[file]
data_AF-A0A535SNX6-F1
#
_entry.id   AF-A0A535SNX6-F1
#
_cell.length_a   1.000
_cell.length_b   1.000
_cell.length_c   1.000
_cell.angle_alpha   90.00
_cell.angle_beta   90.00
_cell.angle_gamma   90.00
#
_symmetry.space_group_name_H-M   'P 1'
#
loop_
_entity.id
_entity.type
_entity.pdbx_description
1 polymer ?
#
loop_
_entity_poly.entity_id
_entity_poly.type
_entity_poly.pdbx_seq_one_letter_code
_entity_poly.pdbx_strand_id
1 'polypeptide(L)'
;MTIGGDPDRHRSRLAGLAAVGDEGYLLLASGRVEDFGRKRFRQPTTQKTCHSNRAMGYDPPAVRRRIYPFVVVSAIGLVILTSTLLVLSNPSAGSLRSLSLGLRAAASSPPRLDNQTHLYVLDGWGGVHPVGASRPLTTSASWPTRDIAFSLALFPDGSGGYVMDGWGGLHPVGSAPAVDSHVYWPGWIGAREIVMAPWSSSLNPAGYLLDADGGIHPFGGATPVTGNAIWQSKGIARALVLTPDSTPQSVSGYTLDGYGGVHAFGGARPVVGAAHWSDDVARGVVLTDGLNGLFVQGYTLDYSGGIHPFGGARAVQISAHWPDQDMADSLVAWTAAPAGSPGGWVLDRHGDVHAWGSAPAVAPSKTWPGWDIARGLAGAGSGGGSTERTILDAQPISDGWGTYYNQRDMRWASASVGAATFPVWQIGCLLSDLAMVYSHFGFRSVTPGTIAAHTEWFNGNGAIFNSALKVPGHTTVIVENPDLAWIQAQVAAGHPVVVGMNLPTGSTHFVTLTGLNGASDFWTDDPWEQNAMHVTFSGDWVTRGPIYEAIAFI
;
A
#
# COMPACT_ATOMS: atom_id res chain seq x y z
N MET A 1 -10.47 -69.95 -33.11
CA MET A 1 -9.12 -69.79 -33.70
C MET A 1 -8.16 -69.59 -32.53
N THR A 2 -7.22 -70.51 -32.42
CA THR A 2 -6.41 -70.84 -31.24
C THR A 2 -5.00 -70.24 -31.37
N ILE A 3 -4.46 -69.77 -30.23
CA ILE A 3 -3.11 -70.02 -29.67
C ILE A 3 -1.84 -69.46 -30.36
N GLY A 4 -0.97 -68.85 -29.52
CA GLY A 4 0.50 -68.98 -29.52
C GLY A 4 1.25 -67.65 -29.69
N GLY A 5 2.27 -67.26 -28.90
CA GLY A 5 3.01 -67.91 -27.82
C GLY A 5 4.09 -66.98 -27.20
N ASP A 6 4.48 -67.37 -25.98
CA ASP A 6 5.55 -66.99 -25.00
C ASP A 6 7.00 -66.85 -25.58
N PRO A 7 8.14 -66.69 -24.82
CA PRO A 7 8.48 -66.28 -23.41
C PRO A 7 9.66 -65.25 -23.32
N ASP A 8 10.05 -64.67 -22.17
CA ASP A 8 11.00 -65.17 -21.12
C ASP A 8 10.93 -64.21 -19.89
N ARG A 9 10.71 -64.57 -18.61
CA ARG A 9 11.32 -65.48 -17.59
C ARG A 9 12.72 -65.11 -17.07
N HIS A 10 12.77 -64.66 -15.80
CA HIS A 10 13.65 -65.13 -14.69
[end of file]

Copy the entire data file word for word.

data_AF-A0A535SNX6-F1
#
_entry.id   AF-A0A535SNX6-F1
#
_cell.length_a   1.000
_cell.length_b   1.000
_cell.length_c   1.000
_cell.angle_alpha   90.00
_cell.angle_beta   90.00
_cell.angle_gamma   90.00
#
_symmetry.space_group_name_H-M   'P 1'
#
loop_
_entity.id
_entity.type
_entity.pdbx_description
1 polymer ?
#
loop_
_entity_poly.entity_id
_entity_poly.type
_entity_poly.pdbx_seq_one_letter_code
_entity_poly.pdbx_strand_id
1 'polypeptide(L)'
;MTIGGDPDRHRSRLAGLAAVGDEGYLLLASGRVEDFGRKRFRQPTTQKTCHSNRAMGYDPPAVRRRIYPFVVVSAIGLVILTSTLLVLSNPSAGSLRSLSLGLRAAASSPPRLDNQTHLYVLDGWGGVHPVGASRPLTTSASWPTRDIAFSLALFPDGSGGYVMDGWGGLHPVGSAPAVDSHVYWPGWIGAREIVMAPWSSSLNPAGYLLDADGGIHPFGGATPVTGNAIWQSKGIARALVLTPDSTPQSVSGYTLDGYGGVHAFGGARPVVGAAHWSDDVARGVVLTDGLNGLFVQGYTLDYSGGIHPFGGARAVQISAHWPDQDMADSLVAWTAAPAGSPGGWVLDRHGDVHAWGSAPAVAPSKTWPGWDIARGLAGAGSGGGSTERTILDAQPISDGWGTYYNQRDMRWASASVGAATFPVWQIGCLLSDLAMVYSHFGFRSVTPGTIAAHTEWFNGNGAIFNSALKVPGHTTVIVENPDLAWIQAQVAAGHPVVVGMNLPTGSTHFVTLTGLNGASDFWTDDPWEQNAMHVTFSGDWVTRGPIYEAIAFI
;
A
#
# COMPACT_ATOMS: atom_id res chain seq x y z
N MET A 1 -10.47 -69.95 -33.11
CA MET A 1 -9.12 -69.79 -33.70
C MET A 1 -8.16 -69.59 -32.53
N THR A 2 -7.22 -70.51 -32.42
CA THR A 2 -6.41 -70.84 -31.24
C THR A 2 -5.00 -70.24 -31.37
N ILE A 3 -4.46 -69.77 -30.23
CA ILE A 3 -3.11 -70.02 -29.67
C ILE A 3 -1.84 -69.46 -30.36
N GLY A 4 -0.97 -68.85 -29.52
CA GLY A 4 0.50 -68.98 -29.52
C GLY A 4 1.25 -67.65 -29.69
N GLY A 5 2.27 -67.26 -28.90
CA GLY A 5 3.01 -67.91 -27.82
C GLY A 5 4.09 -66.98 -27.20
N ASP A 6 4.48 -67.37 -25.98
CA ASP A 6 5.55 -66.99 -25.00
C ASP A 6 7.00 -66.85 -25.58
N PRO A 7 8.14 -66.69 -24.82
CA PRO A 7 8.48 -66.28 -23.41
C PRO A 7 9.66 -65.25 -23.32
N ASP A 8 10.05 -64.67 -22.17
CA ASP A 8 11.00 -65.17 -21.12
C ASP A 8 10.93 -64.21 -19.89
N ARG A 9 10.71 -64.57 -18.61
CA ARG A 9 11.32 -65.48 -17.59
C ARG A 9 12.72 -65.11 -17.07
N HIS A 10 12.77 -64.66 -15.80
CA HIS A 10 13.65 -65.13 -14.69